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[IP] Article: Before you speak of information pirates

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From: Andy Oram <andyo@xxxxxxxxxxx>
Date: August 16, 2004 6:25:45 AM EDT
To: Upd-discuss@xxxxxxxxxxxxxxxxxxx
Subject: [Upd-discuss] Article: Before you speak of information pirates

I thought this article would interest this list. There are
also three comments posted at the URL.



   Before you speak of information pirates

   by Andy Oram

People who casually use the term "piracy" to refer to the unauthorized
   exchange of copyrighted music, movies, books, and software would gain
   a deeper understanding of the terms they use by picking up the highly
   readable book Villains of All Nations: Atlantic Pirates in the Golden
   Age by Marcus Rediker. This recently released study (Beacon Press,
   ISBN 0-8070-5024-5) describes the lives and political significance of
   pirates at the period of their greatest growth during the early
   eighteenth century.

   Pirates, in Rediker's analysis, were more than just thieves. They
   created an alternative way to regard work, society, and life's
   pleasures in an economically and religiously repressive age.

By the eighteenth century, pirates--their ranks fortified by political
   dissidents and utopian communalists--had created an on-board ethos of
   democracy, sharing, and mutual insurance. (They created the earliest
   social security system.) This is in contrast to the military and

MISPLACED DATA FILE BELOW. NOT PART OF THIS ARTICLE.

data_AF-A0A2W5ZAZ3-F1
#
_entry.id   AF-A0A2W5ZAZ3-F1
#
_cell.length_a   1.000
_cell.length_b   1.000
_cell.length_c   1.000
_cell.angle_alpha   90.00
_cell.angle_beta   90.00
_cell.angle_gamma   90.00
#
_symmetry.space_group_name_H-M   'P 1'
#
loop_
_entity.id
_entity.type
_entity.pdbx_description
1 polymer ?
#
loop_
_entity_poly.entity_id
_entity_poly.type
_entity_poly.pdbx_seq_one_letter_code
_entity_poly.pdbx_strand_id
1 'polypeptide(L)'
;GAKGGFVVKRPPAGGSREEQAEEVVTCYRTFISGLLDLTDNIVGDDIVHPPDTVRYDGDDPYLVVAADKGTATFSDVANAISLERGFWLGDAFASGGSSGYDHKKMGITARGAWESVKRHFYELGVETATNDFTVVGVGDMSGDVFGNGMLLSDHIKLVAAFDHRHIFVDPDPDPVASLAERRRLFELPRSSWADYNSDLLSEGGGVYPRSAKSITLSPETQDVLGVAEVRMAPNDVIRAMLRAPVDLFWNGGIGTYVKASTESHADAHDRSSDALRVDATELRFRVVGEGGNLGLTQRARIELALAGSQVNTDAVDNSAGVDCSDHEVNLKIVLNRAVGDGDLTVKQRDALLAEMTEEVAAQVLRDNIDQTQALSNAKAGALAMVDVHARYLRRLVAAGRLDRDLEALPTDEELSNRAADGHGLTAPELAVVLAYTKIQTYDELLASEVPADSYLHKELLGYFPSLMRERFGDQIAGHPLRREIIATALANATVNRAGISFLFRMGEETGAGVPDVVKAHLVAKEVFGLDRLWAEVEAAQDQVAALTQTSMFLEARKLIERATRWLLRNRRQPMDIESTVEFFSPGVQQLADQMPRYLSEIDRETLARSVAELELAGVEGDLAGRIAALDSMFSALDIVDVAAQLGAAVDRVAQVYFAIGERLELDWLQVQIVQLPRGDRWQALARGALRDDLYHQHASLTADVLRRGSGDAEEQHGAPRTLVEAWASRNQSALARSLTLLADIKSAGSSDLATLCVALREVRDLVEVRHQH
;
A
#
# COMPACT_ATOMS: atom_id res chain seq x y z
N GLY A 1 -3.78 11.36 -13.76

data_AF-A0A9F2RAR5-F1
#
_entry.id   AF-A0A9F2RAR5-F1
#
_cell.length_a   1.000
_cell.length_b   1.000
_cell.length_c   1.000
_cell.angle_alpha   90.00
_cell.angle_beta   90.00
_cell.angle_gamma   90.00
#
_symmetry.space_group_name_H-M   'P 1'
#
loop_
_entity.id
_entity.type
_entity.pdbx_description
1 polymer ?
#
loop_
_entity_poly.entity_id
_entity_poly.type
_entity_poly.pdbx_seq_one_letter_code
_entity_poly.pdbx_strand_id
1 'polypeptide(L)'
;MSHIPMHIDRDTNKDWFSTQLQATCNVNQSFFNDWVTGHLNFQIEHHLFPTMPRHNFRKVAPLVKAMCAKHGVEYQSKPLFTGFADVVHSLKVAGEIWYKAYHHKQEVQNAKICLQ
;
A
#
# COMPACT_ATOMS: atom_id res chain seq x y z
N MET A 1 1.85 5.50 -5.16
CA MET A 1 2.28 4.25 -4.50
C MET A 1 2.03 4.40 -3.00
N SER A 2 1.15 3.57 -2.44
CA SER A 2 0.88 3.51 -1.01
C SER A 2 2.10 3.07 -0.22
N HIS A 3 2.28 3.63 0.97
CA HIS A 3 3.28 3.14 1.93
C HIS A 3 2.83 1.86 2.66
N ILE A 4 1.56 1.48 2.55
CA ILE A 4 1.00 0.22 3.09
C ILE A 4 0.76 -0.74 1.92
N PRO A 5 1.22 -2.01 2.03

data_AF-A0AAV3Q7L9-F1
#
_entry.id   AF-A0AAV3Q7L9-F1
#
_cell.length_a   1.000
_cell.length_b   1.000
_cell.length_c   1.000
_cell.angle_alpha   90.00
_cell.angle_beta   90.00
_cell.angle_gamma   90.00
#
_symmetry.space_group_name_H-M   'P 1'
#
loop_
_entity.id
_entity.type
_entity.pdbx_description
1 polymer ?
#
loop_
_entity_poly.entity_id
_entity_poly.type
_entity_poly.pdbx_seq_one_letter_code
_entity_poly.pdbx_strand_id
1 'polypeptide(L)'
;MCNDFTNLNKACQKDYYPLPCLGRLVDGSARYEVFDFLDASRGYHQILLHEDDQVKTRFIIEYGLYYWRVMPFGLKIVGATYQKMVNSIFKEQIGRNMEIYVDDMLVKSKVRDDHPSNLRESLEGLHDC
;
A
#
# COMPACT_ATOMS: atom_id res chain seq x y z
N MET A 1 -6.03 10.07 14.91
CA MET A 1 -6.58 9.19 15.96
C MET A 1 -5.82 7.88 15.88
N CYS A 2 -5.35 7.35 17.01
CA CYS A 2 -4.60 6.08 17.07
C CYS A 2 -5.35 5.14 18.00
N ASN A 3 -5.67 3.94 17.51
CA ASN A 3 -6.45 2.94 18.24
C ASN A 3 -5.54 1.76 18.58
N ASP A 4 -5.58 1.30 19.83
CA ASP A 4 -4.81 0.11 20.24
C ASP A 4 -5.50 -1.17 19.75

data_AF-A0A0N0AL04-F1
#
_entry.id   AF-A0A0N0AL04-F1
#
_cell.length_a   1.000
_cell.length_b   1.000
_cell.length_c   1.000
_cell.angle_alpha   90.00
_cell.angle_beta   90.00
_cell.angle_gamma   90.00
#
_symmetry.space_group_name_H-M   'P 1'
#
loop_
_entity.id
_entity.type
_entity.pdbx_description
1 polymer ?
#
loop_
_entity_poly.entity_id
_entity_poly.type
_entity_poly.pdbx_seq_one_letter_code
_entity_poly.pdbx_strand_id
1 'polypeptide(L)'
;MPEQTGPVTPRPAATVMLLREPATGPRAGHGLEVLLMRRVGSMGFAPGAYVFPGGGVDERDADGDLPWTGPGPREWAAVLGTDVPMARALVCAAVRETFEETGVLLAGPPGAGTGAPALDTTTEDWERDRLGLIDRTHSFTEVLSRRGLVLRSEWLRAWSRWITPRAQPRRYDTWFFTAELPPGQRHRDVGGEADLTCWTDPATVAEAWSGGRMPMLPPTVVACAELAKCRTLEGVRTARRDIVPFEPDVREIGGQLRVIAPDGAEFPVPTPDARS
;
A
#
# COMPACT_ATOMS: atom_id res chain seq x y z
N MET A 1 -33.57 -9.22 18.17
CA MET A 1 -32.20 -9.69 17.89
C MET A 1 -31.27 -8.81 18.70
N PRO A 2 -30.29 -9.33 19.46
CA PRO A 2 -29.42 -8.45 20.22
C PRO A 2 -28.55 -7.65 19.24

trading ships of the day, ruled by absolutist captains who cheated
   their staff, kept food and water rations criminally low, and freely
   employed the whip.

   The pirates treated people of all races equally, in contrast to the
   racist practices of their opponents that reached its extreme in slave
trading. The pirates admitted women to their ranks and apparently were
   sexually loose.

The pirates spoke consciously and articulately about the oppression of
   sailors and others by the sinfully rich capitalists and traders of
   their time, and refused to be placated by the religious platitudes of
such status-quo philosophers as Cotton Mather. (In fact, Cotton Mather
   admitted to some extent that the pirates were right.)

   Rediker does not prettify pirates. He says forthright they were not
just bandits and murderers but also terrorists--in the sense that they
   used violence to create fear and bend others to their will. Still,
they possessed a sense of justice and chivalry that is usually missing
   from modern military engagements.

   Pirates were dissolute, destructive, and often drunk. But this
   represented an excess of their basic vision of freedom: freedom from
   masters, freedom from the fear of sin, freedom from hunger.

   Is it difficult to find a common thread between the villification of
   eighteenth-century pirates and the villification of people who trade
   or illegally sell music, moves, books, and software today? Like the
   old pirates, the information traders create a bounty from the work of